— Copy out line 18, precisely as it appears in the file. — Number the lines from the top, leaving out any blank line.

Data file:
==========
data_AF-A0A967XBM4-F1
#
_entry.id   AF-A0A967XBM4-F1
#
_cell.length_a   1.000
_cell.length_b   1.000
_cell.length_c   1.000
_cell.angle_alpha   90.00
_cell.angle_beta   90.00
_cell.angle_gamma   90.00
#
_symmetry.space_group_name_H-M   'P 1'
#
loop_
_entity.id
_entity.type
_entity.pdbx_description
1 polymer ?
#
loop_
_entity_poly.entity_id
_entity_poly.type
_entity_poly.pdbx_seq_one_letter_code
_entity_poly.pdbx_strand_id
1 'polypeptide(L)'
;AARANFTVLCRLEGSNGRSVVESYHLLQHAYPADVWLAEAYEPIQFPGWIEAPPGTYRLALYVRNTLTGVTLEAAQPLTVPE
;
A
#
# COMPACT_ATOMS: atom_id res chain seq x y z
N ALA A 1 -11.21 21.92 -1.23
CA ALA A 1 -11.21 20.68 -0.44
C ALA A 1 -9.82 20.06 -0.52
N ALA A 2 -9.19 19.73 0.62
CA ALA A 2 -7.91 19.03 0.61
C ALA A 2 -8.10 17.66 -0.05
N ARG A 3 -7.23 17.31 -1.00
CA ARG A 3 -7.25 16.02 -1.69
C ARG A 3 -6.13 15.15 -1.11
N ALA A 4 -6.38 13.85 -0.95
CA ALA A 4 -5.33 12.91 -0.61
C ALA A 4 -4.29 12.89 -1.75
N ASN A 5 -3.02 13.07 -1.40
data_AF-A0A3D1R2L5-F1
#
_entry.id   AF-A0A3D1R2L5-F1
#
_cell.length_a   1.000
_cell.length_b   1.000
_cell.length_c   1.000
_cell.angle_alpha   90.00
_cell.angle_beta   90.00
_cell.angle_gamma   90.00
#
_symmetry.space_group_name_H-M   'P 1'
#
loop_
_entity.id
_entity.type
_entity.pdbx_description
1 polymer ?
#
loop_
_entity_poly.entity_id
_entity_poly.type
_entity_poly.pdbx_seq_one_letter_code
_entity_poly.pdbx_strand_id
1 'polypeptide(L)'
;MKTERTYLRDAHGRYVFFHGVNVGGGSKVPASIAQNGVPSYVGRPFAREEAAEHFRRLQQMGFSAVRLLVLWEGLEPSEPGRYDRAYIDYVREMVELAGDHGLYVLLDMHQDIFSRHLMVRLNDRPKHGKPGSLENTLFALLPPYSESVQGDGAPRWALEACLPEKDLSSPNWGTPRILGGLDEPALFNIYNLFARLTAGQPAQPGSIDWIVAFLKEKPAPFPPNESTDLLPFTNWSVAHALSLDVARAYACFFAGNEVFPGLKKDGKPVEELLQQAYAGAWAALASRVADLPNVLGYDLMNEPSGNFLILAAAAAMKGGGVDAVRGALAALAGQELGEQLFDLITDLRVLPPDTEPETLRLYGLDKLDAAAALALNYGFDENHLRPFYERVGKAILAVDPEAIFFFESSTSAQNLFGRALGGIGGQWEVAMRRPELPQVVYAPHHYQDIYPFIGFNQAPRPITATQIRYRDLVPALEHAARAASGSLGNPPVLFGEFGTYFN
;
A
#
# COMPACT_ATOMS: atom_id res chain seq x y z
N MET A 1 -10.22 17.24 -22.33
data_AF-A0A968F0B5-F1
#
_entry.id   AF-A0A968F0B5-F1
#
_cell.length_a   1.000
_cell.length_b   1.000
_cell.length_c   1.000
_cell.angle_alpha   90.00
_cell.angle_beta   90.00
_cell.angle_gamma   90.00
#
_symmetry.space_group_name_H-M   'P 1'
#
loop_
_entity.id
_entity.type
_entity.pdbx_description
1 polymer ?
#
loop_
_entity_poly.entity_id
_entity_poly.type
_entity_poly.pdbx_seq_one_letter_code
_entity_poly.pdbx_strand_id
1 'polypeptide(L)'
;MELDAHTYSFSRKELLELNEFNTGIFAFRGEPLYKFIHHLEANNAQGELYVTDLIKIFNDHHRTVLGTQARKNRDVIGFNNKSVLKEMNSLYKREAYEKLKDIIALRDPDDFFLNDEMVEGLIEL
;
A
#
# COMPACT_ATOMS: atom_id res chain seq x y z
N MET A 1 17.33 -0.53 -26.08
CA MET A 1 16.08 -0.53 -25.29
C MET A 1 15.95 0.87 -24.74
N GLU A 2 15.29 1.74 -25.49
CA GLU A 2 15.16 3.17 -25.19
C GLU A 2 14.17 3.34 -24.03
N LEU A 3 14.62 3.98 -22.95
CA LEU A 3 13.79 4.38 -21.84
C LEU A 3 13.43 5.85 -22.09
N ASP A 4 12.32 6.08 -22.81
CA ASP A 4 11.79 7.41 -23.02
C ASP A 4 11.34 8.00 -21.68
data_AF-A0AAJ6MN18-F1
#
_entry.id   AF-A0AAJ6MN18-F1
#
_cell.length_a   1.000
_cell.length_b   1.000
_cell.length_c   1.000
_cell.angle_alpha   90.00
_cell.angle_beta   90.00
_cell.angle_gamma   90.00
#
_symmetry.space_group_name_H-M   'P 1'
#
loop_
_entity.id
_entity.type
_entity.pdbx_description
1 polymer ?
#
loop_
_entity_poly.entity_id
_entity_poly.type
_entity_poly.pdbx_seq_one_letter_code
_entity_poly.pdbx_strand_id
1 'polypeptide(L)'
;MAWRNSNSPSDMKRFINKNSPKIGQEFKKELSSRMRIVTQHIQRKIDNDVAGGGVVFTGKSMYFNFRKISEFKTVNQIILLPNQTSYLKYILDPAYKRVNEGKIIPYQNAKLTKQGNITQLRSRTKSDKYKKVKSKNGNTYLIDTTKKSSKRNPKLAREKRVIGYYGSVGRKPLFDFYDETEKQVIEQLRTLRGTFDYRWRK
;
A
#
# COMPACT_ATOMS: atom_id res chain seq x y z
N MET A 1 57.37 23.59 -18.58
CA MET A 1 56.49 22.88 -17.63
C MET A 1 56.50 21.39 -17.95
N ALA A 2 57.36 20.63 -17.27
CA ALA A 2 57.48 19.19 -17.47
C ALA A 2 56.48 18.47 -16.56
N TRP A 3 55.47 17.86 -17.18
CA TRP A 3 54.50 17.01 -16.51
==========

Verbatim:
1 polymer ?